A bare trust is considered to exist when a trustee holds legal title to a trust property, but the beneficiaries of the trust hold the beneficial (real) ownership of the property. The beneficiary has complete control over the trustee’s action as it relates to the trust property and the trustee has no independent power, discretion, or responsibility over the property. It is essentially an agent-principal relationship.
Some examples of this include:
- If you have helped a child (or anyone) obtain financing by co-signing a mortgage, at which point you were added to the property’s title (allocated ownership in the official land registry system)
- If you have gifted property to a minor child (or children) who is too young to hold a legal title
- If you have added a child (or children) as an owner to your home for probate planning purposes
Note: the creation/consideration of a bare trust does not require a written agreement.
Additional information on bare trusts can be found on the CRA website.
Question: What are the exemptions to the new trust reporting rules?
The key exemptions to the new trust reporting rules include:
Date of Creation
A trust that has existed for less than three months as of December 31, 2023 is exempt from the requirement to file for the 2023 taxation year. (although the trust would need to file a return in future years if another exemption does not apply)
Value of Assets
If the maximum value of the trust assets does not exceed $50,000 at any point during the year, there is no requirement to prepare a trust return.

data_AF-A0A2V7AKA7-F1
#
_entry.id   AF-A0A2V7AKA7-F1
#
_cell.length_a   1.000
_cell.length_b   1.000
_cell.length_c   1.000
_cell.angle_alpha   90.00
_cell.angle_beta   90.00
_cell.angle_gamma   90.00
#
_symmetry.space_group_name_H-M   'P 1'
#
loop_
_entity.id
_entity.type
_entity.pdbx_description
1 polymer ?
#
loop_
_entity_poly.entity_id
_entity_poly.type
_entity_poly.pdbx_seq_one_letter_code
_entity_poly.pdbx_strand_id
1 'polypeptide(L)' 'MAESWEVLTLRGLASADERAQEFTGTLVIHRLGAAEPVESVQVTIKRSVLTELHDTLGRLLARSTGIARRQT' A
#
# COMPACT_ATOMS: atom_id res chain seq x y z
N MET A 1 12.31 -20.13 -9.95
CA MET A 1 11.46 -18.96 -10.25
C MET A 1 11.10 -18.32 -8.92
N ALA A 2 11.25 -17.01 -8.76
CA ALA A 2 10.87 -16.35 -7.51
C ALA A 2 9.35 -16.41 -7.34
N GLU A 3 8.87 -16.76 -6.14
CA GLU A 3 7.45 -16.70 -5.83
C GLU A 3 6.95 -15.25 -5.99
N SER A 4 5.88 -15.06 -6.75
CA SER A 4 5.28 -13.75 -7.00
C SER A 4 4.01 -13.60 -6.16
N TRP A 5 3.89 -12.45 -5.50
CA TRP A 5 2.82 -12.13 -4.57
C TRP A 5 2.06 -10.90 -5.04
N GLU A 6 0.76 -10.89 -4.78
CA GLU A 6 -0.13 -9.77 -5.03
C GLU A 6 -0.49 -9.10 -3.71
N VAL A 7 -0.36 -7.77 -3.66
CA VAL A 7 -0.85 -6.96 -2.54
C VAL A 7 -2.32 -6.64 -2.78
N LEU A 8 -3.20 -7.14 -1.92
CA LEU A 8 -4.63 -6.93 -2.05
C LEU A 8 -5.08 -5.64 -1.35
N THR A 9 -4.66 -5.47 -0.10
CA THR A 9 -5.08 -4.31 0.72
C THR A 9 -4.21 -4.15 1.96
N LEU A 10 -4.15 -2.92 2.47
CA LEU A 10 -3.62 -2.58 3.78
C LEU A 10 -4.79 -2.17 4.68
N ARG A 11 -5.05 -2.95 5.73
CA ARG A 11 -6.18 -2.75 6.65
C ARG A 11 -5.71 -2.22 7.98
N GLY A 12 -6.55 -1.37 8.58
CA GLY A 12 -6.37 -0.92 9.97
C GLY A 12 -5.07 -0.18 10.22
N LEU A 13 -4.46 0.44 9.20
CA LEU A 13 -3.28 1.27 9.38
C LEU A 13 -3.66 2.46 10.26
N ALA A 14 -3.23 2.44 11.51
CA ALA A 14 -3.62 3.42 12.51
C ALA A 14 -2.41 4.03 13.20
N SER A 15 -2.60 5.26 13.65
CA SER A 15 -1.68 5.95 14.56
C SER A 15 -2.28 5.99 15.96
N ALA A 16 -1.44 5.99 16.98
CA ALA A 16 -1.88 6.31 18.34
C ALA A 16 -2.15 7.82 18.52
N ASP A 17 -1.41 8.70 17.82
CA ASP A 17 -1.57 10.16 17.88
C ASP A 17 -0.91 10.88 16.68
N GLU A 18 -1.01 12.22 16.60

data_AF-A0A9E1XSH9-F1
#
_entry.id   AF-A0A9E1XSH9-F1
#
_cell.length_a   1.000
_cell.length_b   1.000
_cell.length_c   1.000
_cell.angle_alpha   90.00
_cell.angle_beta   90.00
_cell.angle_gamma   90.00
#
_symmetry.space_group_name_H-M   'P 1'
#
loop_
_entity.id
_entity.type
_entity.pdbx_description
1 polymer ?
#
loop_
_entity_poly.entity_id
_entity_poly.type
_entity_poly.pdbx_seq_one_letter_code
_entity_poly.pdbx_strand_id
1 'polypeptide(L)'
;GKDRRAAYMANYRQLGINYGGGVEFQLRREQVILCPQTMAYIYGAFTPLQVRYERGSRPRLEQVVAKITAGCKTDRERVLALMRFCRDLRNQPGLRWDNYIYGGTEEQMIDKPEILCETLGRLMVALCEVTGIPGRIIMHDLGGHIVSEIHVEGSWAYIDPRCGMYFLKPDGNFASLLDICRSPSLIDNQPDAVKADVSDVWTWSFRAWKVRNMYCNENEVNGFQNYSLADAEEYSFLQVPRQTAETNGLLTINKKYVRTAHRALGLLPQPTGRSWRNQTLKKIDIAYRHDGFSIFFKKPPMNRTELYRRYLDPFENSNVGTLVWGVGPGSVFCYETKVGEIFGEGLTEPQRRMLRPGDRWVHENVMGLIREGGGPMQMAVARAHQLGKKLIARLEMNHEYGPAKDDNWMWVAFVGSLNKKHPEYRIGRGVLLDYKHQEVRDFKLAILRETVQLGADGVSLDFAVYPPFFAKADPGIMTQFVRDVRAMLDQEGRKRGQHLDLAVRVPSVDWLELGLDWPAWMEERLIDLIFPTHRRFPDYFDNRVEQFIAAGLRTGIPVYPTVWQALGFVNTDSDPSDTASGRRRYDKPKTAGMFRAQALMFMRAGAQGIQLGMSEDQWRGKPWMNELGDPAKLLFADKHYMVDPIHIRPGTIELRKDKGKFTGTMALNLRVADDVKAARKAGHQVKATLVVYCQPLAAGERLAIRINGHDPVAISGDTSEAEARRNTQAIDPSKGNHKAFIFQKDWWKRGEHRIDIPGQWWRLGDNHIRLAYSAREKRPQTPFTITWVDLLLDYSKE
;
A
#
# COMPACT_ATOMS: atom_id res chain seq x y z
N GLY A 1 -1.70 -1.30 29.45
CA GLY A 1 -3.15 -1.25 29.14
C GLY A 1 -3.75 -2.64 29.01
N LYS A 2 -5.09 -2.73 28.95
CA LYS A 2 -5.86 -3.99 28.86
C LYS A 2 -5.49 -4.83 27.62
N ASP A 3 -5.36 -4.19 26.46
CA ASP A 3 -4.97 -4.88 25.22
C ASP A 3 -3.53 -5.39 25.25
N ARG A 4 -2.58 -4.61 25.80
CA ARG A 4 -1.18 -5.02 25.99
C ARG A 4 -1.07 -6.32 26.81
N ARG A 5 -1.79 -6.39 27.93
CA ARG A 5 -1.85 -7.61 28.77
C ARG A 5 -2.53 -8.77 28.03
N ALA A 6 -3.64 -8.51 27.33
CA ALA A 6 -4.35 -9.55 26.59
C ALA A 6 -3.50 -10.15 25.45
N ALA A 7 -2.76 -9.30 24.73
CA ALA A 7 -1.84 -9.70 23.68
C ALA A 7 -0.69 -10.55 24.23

Type of Assets Held
If the assets consist solely of money and specific ‘exempt marketable securities’ throughout the entire year, there is no need for a trust filing.
Type of trust
Graduated Rate Estates (GRE), trusts that qualify as not-for-profit, and Qualified Disability Trusts (QDT) are the most commonly exempt types of trusts.
Question: What are examples of exempt marketable securities?
Some examples of exempt marketable securities include:
- A bank account that holds only cash
- Shares, debt, or rights listed on a Canadian stock exchange or designated foreign exchange
- Shares or units of a mutual fund corporation or trust
- An interest in a related segregated fund trust
- A debt obligation guaranteed by the Government of Canada (such as a treasury bill)
(Note: This does not include deposits insured by the Canada Deposit Insurance Corporation.)
- A debt obligation guaranteed by the government or agent of a province, or by a municipality
Question: Who is responsible for ensuring that the trust information is reported?